Mark Kennedy, finalist for CU president, on Monday made his first public appearance in the role, speaking before an audience of staff from system administration and the CU Foundation.
In a forum introduced by Sue Sharkey, chair of the Board of Regents, Kennedy highlighted his experience in business, politics and higher education, and answered questions about his accomplishments and plans for leading CU should the board appoint him.
Click here for details on forums today at CU Denver and Friday at CU Boulder.
Kennedy, 62, is president of the University of North Dakota. Originally from Minnesota, he served in Congress from 2001-07 after holding leadership posts at major corporations. Experiences from all three of those roles are required of the CU presidency, he said.
In business and academia, he said, “I’ve always checked my politics at the door.” He stressed his belief in the need for collaboration, diversity and inclusiveness in order for a university to thrive. “Life is a game of addition, not subtraction.”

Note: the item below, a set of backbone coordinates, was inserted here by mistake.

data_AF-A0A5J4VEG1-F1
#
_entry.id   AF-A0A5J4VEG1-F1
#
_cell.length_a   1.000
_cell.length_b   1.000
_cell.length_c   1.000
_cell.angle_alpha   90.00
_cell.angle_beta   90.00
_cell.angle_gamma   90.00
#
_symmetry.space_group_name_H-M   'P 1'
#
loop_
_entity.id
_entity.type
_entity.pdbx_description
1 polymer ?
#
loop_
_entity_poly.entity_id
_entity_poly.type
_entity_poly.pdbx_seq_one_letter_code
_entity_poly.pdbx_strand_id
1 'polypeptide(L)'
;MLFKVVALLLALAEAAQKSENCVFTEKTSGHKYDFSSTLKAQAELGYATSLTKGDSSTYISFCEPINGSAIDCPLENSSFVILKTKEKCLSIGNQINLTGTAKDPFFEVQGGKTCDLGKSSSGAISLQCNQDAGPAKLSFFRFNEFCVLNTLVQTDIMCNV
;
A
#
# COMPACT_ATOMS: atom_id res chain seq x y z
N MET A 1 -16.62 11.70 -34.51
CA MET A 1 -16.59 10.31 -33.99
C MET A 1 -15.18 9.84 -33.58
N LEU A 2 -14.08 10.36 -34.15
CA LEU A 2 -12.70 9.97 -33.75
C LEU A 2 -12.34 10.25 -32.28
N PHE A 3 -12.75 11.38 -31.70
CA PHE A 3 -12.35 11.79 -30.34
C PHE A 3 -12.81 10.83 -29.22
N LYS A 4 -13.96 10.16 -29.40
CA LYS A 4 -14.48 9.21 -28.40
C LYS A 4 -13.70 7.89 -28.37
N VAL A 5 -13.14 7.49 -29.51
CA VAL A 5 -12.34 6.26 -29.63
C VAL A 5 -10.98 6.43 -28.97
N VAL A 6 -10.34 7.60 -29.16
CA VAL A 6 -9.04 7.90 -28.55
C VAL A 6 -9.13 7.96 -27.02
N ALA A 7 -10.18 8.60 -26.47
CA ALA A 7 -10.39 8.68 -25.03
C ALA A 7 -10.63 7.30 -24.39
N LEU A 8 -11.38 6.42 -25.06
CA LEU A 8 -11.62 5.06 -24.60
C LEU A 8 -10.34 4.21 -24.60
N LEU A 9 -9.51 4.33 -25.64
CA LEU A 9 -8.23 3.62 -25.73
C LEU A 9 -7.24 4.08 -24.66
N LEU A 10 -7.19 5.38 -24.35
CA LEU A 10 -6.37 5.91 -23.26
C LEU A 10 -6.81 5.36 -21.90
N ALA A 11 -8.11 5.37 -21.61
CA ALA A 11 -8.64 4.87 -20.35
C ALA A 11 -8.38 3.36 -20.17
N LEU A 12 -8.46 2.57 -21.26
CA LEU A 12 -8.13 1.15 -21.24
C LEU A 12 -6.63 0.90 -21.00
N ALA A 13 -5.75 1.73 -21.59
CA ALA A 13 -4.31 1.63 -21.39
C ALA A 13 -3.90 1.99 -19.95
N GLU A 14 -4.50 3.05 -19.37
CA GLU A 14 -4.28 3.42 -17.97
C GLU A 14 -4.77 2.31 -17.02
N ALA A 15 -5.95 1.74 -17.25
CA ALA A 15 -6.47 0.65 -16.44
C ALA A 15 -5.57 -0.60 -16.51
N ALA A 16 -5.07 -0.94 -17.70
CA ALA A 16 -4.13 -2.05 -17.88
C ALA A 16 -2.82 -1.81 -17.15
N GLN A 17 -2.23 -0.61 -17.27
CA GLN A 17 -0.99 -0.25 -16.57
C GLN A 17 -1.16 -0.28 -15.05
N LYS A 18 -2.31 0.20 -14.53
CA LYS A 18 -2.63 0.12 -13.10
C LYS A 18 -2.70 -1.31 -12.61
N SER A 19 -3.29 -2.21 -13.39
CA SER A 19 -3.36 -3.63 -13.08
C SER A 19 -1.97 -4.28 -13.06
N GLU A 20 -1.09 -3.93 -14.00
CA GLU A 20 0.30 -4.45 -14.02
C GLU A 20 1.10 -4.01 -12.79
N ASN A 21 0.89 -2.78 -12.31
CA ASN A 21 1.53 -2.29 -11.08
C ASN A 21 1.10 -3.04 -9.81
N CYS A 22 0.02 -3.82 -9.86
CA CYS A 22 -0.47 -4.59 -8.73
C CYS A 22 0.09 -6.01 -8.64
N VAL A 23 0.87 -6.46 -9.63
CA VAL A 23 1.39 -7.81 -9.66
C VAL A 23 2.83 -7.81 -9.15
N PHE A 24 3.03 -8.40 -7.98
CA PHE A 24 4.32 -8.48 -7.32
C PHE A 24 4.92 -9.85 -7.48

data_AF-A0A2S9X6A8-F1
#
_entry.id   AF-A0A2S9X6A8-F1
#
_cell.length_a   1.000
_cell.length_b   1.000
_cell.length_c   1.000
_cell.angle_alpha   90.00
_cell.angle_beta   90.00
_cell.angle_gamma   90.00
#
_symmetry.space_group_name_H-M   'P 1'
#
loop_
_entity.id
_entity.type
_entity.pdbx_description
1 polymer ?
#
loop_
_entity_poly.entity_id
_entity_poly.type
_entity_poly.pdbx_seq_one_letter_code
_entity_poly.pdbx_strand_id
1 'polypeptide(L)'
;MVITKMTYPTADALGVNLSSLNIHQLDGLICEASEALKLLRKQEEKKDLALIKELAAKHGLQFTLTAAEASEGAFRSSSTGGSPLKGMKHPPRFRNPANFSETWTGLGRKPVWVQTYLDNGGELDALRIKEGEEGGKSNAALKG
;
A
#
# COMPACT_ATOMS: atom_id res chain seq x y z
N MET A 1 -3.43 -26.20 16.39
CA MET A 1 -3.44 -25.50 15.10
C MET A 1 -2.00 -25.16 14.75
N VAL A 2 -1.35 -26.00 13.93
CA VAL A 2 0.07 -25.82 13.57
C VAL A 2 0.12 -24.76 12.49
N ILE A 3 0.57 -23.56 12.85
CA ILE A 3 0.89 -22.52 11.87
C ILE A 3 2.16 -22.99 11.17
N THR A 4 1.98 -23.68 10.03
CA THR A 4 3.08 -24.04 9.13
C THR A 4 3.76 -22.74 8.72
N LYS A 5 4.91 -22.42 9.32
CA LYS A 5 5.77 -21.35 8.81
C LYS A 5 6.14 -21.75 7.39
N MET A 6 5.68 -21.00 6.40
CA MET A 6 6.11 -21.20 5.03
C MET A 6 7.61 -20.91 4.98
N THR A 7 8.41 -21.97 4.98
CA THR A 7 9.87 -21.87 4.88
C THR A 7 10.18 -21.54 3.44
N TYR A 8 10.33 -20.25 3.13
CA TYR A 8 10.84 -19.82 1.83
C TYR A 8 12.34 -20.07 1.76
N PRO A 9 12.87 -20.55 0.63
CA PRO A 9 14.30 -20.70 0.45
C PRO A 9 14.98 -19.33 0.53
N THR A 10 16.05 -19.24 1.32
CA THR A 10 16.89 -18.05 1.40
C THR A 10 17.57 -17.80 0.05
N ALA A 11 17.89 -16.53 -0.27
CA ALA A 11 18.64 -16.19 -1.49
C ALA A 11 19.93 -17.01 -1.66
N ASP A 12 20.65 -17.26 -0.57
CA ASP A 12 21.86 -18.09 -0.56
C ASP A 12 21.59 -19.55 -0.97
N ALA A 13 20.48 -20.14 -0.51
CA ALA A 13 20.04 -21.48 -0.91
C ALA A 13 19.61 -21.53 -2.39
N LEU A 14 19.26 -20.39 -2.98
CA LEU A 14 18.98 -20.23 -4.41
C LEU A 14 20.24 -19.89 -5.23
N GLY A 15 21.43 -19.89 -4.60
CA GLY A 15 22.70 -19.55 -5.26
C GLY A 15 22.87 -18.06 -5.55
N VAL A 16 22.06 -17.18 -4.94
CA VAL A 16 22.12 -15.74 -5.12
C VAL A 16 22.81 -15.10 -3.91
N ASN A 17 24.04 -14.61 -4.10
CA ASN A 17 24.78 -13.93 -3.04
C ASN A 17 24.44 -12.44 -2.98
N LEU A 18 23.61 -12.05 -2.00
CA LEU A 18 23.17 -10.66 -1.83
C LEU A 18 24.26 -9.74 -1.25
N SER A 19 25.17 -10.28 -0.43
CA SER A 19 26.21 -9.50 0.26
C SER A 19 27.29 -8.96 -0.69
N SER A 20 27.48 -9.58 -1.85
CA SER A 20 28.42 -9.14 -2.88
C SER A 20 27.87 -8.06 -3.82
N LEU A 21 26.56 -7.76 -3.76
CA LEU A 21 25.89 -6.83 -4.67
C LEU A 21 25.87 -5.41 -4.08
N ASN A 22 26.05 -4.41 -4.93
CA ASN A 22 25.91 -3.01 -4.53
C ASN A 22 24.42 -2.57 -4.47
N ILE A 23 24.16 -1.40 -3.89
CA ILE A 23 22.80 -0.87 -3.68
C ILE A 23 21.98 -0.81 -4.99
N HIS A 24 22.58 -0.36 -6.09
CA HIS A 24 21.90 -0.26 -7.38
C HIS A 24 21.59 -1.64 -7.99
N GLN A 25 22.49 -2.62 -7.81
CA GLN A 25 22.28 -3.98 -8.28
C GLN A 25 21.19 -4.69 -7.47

Kennedy’s academic career before UND includes teaching and research at Johns Hopkins and George Washington University, where he directed the Graduate School of Political Management.
The four categories named in the Board of Regents’ strategic vision would drive his agenda at CU, Kennedy said. He would work to set goals, “which will be put together not by me, but by us. … Unless it’s our plan, it’s not going to animate us to achieve the greatest possible outcome.”
Kennedy said he has “no intention of micromanaging the campuses,” adding that he’d met with the four chancellors earlier on Monday. “They need to have the autonomy to meet their missions.” Collectively, CU must meet the state’s needs.
Kennedy expects he’d devote a significant part of his time fundraising, which he enjoys. “You get a chance to engage successful people.”
As for why he wants to take on the CU job, which President Bruce Benson will depart in July after 11 years, Kennedy said he’s “driven by impact.”
“I have found working in higher education more satisfying than serving in Congress,” he said. “It’s something I’m passionate about, and the scale you can do it at in Colorado is bigger than the scale I can do it now.” He and his wife, Debbie, would like CU to represent “my capstone experience in academia.”
Asked if it’s fair for members of the CU community to ask him questions regarding his voting record in Congress, Kennedy said no.
“Not once has a vote come up in my nine years in academia,” he said. “I’m not running for Congress. The real question is, how good are you at running a university?”
Attendees of this week’s forums are encouraged to submit feedback to the Board of Regents via this online form.